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wind turbine

NMSU Professor Conducts Research on Golden Eagles Being Killed by Wind Turbines

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A New Mexico State University professor in the College of Agricultural, Consumer and Environmental Sciences is conducting research on golden eagles being killed by wind turbines and other human-related factors.

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bats, Bats Disappearing, white-nose syndrome, Genomics, DNA, Northern Arizona University, NAU, U.S. Geological Survey, U.S. Geological Survey’s National Wildlife Health Center, NWHC

Researchers Use Genomics to Determine Origins of Deadly White-Nose Syndrome

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NAU researcher Jeff Foster led the team of international scientists who tried to definitively answer several questions—where did this fungus come from? And more importantly, can a resistance be evolved?

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Ecology, Forests, National Forests, Logging, spotted owl, Endangered Species, Birds, Forestry

Decades-Past Logging Still Threatens Spotted Owls in National Forests

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Logging of the largest trees in the Sierra Nevada’s national forests ended in the early 1990s after agreements were struck to protect species’ habitat. But new research reported Dec. 6 in the journal Diversity and Distributions by University of Wisconsin–Madison ecologists shows that spotted owls, one of the iconic species logging restrictions were meant to protect, have continued to experience population declines in the forests.

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UW Bothel, University of Washington, Crows, Bird behavior, Animal Behavior, Acoustics

Rooftop Wiretap Aims to Learn What Crows Gossip About at Dusk

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An interdisciplinary team is using a covert sound-based approach, worthy of an avian CSI, to study the link between crows' calls and their behavior.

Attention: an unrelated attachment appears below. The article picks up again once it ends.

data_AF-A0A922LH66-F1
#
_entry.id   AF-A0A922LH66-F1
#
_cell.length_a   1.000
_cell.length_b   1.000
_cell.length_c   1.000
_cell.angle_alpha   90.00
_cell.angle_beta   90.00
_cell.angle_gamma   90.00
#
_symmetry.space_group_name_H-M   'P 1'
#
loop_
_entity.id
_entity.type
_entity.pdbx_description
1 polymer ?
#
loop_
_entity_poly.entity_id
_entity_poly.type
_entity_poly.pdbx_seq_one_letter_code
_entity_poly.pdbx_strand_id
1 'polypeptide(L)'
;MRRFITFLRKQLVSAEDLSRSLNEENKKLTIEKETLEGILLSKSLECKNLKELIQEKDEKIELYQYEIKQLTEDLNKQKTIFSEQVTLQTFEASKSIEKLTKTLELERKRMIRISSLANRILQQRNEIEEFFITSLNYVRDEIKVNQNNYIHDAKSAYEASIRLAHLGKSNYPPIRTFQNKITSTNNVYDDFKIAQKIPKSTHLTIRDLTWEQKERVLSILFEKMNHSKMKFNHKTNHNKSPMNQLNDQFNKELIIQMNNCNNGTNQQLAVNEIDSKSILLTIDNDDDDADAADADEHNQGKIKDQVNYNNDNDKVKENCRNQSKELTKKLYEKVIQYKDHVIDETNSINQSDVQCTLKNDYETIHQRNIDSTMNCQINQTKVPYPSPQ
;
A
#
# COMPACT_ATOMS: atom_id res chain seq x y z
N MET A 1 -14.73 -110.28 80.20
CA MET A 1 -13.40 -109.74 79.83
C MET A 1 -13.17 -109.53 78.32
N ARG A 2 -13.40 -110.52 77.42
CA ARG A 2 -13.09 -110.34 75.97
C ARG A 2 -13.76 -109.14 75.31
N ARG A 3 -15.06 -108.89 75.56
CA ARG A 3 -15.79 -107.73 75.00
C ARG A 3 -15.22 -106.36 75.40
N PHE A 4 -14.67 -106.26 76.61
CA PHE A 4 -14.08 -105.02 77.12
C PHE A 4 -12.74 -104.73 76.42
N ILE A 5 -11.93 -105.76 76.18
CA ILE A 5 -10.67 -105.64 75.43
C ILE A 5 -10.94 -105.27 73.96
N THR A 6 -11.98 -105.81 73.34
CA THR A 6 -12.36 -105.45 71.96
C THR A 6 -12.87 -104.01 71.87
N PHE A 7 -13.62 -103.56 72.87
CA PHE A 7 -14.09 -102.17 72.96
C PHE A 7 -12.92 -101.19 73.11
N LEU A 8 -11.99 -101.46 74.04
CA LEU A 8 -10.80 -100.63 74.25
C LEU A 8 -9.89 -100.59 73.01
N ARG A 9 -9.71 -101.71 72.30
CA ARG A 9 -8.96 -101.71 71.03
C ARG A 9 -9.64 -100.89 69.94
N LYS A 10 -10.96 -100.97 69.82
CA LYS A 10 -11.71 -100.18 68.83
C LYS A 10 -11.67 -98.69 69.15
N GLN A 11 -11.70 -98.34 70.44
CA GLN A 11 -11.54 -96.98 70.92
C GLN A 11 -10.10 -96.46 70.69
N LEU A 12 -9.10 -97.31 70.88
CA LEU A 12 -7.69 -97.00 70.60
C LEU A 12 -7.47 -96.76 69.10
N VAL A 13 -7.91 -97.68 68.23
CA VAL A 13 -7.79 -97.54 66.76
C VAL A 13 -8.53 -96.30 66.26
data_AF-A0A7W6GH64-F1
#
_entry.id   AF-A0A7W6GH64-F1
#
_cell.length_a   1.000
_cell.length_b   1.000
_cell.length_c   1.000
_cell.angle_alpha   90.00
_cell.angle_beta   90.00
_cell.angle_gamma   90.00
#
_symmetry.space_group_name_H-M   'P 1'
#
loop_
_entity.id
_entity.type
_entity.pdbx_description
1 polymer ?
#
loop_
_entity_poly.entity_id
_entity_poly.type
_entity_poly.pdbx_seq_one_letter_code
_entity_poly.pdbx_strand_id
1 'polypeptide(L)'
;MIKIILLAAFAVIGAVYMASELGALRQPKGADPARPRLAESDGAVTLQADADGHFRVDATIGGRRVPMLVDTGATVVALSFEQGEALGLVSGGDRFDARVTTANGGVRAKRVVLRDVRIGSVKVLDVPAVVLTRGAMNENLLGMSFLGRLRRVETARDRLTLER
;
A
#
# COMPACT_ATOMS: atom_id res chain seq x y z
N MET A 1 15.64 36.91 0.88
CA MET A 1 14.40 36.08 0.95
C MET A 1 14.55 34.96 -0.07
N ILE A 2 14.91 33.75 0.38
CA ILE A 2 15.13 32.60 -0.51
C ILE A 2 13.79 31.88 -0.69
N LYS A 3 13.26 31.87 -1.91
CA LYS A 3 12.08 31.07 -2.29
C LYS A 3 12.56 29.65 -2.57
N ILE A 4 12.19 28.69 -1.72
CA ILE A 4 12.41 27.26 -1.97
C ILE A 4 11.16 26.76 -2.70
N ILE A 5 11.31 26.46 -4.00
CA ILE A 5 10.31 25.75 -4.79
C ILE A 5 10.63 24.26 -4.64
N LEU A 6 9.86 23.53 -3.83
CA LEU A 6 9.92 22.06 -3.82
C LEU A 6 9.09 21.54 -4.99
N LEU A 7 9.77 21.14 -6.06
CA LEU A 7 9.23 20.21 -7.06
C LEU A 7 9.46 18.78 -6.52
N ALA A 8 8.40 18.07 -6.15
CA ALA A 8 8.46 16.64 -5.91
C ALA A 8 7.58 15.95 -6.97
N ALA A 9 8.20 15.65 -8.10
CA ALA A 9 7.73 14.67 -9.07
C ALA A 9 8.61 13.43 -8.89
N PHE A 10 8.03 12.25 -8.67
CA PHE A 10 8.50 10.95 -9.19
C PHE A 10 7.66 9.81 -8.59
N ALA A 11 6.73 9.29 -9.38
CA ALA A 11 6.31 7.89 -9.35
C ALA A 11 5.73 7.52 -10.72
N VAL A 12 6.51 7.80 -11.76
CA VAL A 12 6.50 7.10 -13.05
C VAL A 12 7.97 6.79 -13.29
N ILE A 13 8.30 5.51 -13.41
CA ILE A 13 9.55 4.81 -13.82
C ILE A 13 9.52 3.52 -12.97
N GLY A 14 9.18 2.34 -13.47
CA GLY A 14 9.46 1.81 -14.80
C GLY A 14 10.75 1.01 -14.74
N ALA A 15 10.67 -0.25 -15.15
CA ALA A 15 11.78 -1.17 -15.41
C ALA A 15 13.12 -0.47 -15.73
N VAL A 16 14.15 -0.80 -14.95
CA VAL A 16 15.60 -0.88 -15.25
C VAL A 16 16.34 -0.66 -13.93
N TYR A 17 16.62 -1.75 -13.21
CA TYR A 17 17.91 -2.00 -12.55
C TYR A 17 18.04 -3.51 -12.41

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Animals, Cognition, Behavior, Animal intelligence, Evolution, Psychology

Pigeons Can Discriminate Both Space and Time

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Pigeons aren't so bird-brained after all. New research from the University of Iowa shows that pigeons can discriminate the abstract concepts of space and time, likely using a different region of the brain than humans and primates to do so. Results appear in the journal Current Biology.

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Tulane Univeristy, Tulane, Ecology/Environment, Birds, Central America, Songbirds

Loss of Breeding Grounds Hits a Sad Note for Common Songbird

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A Tulane University researcher has found that a decline in the number of wood thrushes is probably due to deforestation in Central America.

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Birds, Climate Change, Models, Biodiversity, Ecology

Climate Change Models of Bird Impacts Pass the Test

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A major study looking at changes in where UK birds have been found over the past 40 years has validated the latest climate change models being used to forecast impacts on birds and other animals.

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Study Pinpoints Arctic Shorebird Decline

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A new study co-authored by WCS (Wildlife Conservation Society) addresses concerns over the many Arctic shorebird populations in precipitous decline. Evident from the study is that monitoring and protection of habitat where the birds breed, winter, and stopover is critical to their survival and to that of a global migration spectacle.

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Update on Restore the Call: Loon Conservation Project

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An update on the Restore the Call including the release of eight loon chicks onto lakes in southeastern Massachusetts.

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University of Vienna, Alice Auersperg, Cornelia Habl, University of Veterinary Medicine Vienna, Goffin cockatoo, NUT, tool-use, cognitive biologists, Parrot

The Key to a Nut

The Goffin's cockatoo is not a specialised tool user in the wild but has shown the capacity to invent and use different types of tools in captivity. Now cognitive biologists from the University of Vienna and the University of Veterinary Medicine Vienna tested these parrots in a tool use task, requiring the birds to move objects in relation to a surface. The animals had to choose the correct "key" to insert into a "keyhole" in a box, aligning its shape to the shape of a surface cutout inside the box during insertion. The parrots were not only able to select the correct key but also required fewer placement attempts to align simple shapes than primates in a similar study.







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